In the July issue of Vanity Fair, Seth Mnookin raises new questions about the originality of The Da Vinci Code and takes up the cause of Lewis Purdue who lost a court case against Brown in the US courts earlier this year. Purdue claims that Brown's book was a rip-off of his own novel, Daughter of God. (I hadn't realised before this that the publisher Random house was suing Purdue, and not the other way around.)
According to The Age, The Vanity Fair article lists several points of similarity between the two books, among them:
... the key to the mystery is hidden in artworks, there are Swiss bank accounts, and there is a shadowy group in the Catholic Church. In Perdue's book, an art collector is murdered to protect the secret. In Brown's book, a curator is murdered to keep the secret.
When Ed Condren, an English professor at UCLA, performed a textual analysis of Perdue's work and The Da Vinci Code for Vanity Fair, he concluded:
I didn't think there was any question the one borrowed from the other. Daughter of God and The Da Vinci Code employ identical narrative strategies. These novels share the same background story, not only in the personages and events they refer to, but more important, in the identical ways they distort these historical events to support their nearly identical stories.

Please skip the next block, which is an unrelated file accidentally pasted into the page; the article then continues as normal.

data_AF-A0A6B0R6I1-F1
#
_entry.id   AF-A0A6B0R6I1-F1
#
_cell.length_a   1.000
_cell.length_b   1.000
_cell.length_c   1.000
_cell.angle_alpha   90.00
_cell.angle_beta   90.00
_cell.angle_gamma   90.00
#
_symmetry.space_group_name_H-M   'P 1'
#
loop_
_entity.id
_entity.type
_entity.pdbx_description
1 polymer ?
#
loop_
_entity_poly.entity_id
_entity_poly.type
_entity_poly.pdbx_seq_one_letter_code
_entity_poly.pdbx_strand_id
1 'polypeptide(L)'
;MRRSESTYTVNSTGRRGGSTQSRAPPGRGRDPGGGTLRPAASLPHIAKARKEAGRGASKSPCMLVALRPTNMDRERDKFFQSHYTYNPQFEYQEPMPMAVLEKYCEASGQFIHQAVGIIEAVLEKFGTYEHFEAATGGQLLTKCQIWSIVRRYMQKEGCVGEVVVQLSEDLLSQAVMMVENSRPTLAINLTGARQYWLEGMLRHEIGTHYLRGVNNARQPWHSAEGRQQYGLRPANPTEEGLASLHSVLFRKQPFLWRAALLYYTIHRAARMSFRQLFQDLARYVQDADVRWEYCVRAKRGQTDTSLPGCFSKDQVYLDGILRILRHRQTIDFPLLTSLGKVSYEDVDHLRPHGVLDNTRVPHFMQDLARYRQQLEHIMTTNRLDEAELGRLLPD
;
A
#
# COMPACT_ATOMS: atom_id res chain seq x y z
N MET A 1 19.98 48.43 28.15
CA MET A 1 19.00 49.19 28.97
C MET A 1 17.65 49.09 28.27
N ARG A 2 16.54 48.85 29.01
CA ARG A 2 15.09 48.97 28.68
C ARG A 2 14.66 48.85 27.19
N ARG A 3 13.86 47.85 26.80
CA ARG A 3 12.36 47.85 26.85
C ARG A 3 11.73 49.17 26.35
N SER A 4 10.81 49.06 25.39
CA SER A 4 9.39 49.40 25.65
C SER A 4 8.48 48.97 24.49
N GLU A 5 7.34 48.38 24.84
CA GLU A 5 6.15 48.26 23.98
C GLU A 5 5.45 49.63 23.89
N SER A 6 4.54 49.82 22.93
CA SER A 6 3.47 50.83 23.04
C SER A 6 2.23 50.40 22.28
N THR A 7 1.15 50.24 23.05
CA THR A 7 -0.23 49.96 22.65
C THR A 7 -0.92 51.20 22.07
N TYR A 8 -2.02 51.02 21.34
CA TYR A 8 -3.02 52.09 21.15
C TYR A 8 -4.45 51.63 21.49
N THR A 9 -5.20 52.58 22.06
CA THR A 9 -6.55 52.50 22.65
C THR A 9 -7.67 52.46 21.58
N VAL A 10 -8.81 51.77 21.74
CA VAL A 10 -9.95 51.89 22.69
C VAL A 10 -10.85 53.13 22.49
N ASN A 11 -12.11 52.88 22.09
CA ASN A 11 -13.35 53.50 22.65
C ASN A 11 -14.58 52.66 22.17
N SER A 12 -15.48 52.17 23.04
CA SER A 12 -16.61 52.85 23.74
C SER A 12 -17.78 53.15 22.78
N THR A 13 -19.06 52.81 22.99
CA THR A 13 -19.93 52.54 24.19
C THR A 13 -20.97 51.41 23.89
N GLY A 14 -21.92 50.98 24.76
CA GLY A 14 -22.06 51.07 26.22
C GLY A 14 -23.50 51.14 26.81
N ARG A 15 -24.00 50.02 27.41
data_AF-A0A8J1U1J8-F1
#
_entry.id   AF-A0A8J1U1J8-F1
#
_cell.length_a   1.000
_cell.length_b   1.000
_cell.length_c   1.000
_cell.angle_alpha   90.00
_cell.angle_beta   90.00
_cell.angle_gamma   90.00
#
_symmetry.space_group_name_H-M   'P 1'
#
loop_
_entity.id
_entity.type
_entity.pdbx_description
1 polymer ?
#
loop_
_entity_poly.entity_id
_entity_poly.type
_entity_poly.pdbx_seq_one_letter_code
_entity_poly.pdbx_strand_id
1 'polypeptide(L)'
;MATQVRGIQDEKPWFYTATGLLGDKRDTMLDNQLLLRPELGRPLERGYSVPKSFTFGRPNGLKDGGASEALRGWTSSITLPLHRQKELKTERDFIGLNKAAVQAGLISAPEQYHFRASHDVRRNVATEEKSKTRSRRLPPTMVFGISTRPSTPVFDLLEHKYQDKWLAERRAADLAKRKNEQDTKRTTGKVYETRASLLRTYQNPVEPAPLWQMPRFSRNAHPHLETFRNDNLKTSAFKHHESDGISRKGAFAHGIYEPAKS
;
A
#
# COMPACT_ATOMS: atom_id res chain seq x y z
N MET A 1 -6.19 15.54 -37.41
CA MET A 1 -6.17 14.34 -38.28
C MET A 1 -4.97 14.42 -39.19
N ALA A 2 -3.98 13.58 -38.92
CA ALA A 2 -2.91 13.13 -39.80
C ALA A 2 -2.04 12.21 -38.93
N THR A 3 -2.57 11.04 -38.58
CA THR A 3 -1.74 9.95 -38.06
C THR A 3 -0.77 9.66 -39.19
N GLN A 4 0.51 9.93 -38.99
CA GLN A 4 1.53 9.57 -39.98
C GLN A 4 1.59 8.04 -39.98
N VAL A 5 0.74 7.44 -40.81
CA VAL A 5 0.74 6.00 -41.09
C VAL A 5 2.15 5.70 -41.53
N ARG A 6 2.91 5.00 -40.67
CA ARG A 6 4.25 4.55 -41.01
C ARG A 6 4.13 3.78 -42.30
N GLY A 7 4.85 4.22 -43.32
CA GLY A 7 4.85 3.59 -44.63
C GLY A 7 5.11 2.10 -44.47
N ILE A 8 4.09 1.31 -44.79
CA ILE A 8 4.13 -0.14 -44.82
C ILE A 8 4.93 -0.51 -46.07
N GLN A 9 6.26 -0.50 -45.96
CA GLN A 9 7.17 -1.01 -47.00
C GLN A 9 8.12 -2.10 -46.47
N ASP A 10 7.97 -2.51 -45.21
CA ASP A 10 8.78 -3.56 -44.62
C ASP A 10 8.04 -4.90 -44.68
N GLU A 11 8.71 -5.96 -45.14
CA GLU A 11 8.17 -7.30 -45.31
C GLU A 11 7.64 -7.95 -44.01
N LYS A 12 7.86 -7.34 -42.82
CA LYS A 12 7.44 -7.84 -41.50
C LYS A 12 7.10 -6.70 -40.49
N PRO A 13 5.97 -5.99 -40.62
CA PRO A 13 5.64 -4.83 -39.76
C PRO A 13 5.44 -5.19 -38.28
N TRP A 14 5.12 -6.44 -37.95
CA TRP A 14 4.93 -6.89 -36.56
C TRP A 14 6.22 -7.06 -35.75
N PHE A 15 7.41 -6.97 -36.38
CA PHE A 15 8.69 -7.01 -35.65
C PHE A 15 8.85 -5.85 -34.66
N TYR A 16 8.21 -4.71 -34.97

John Olsson, the director of Britain's Forensic Linguistics Institute, says of the book:
This is the most blatant example of in-your-face plagiarism I've ever seen. It just goes on and on. There are literally hundreds of parallels. And it also looks as if Brown lifted an exact passage from Leonardo's Lost Robot, written by academic and robotic expert, Mark Rosheim.
There's also the suggestion that Brown's wife, Blythe, who did much of her husband's research may have sent Purdue mysterious e-mails under the name Ahamedd Saaddodeen. Quite what these e-mails were about I haven't been able to find out online.
But as they say, the plot thickens.
*Picture nicked from Florence Photo Gallery.